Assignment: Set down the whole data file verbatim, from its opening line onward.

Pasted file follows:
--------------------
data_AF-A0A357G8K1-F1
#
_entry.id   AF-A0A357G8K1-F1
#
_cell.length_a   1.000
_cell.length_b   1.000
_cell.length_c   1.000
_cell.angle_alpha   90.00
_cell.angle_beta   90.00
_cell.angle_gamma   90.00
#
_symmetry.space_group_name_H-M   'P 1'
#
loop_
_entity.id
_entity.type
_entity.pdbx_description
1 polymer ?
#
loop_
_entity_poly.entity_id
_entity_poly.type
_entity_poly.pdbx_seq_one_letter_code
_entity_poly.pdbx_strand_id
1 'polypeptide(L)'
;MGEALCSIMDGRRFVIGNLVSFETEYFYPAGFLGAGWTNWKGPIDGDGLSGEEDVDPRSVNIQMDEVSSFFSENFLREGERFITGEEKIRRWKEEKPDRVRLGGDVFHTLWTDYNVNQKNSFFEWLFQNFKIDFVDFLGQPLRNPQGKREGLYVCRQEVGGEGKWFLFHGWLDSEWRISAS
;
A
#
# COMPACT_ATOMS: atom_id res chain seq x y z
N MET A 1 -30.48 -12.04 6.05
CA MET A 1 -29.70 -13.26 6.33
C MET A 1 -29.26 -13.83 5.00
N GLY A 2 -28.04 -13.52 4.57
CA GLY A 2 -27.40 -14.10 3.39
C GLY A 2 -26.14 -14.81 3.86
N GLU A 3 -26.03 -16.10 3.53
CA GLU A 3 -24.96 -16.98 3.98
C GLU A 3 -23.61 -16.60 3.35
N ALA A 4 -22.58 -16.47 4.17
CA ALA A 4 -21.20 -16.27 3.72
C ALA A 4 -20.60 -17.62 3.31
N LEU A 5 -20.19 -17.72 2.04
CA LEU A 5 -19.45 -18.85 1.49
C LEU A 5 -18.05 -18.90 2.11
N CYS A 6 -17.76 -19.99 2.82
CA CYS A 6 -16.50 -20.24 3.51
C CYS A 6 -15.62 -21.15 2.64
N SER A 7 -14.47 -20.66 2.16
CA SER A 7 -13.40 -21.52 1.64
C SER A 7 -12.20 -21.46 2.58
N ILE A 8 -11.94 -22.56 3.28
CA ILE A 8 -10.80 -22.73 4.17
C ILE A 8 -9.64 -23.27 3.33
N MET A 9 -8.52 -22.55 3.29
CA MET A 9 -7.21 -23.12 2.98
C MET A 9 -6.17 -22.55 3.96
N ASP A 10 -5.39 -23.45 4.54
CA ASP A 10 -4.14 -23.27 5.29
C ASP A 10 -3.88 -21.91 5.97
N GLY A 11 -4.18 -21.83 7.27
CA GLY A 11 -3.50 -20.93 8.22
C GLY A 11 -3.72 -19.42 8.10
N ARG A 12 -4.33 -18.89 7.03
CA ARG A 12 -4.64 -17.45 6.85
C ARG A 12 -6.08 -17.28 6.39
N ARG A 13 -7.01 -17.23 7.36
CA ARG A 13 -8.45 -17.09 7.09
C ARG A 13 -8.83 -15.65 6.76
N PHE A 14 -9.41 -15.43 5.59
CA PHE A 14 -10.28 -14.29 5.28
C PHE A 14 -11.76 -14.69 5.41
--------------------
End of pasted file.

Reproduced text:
data_AF-A0A357G8K1-F1
#
_entry.id   AF-A0A357G8K1-F1
#
_cell.length_a   1.000
_cell.length_b   1.000
_cell.length_c   1.000
_cell.angle_alpha   90.00
_cell.angle_beta   90.00
_cell.angle_gamma   90.00
#
_symmetry.space_group_name_H-M   'P 1'
#
loop_
_entity.id
_entity.type
_entity.pdbx_description
1 polymer ?
#
loop_
_entity_poly.entity_id
_entity_poly.type
_entity_poly.pdbx_seq_one_letter_code
_entity_poly.pdbx_strand_id
1 'polypeptide(L)'
;MGEALCSIMDGRRFVIGNLVSFETEYFYPAGFLGAGWTNWKGPIDGDGLSGEEDVDPRSVNIQMDEVSSFFSENFLREGERFITGEEKIRRWKEEKPDRVRLGGDVFHTLWTDYNVNQKNSFFEWLFQNFKIDFVDFLGQPLRNPQGKREGLYVCRQEVGGEGKWFLFHGWLDSEWRISAS
;
A
#
# COMPACT_ATOMS: atom_id res chain seq x y z
N MET A 1 -30.48 -12.04 6.05
CA MET A 1 -29.70 -13.26 6.33
C MET A 1 -29.26 -13.83 5.00
N GLY A 2 -28.04 -13.52 4.57
CA GLY A 2 -27.40 -14.10 3.39
C GLY A 2 -26.14 -14.81 3.86
N GLU A 3 -26.03 -16.10 3.53
CA GLU A 3 -24.96 -16.98 3.98
C GLU A 3 -23.61 -16.60 3.35
N ALA A 4 -22.58 -16.47 4.17
CA ALA A 4 -21.20 -16.27 3.72
C ALA A 4 -20.60 -17.62 3.31
N LEU A 5 -20.19 -17.72 2.04
CA LEU A 5 -19.45 -18.85 1.49
C LEU A 5 -18.05 -18.90 2.11
N CYS A 6 -17.76 -19.99 2.82
CA CYS A 6 -16.50 -20.24 3.51
C CYS A 6 -15.62 -21.15 2.64
N SER A 7 -14.47 -20.66 2.16
CA SER A 7 -13.40 -21.52 1.64
C SER A 7 -12.20 -21.46 2.58
N ILE A 8 -11.94 -22.56 3.28
CA ILE A 8 -10.80 -22.73 4.17
C ILE A 8 -9.64 -23.27 3.33
N MET A 9 -8.52 -22.55 3.29
CA MET A 9 -7.21 -23.12 2.98
C MET A 9 -6.17 -22.55 3.96
N ASP A 10 -5.39 -23.45 4.54
CA ASP A 10 -4.14 -23.27 5.29
C ASP A 10 -3.88 -21.91 5.97
N GLY A 11 -4.18 -21.83 7.27
CA GLY A 11 -3.50 -20.93 8.22
C GLY A 11 -3.72 -19.42 8.10
N ARG A 12 -4.33 -18.89 7.03
CA ARG A 12 -4.64 -17.45 6.85
C ARG A 12 -6.08 -17.28 6.39
N ARG A 13 -7.01 -17.23 7.36
CA ARG A 13 -8.45 -17.09 7.09
C ARG A 13 -8.83 -15.65 6.76
N PHE A 14 -9.41 -15.43 5.59
CA PHE A 14 -10.28 -14.29 5.28
C PHE A 14 -11.76 -14.69 5.41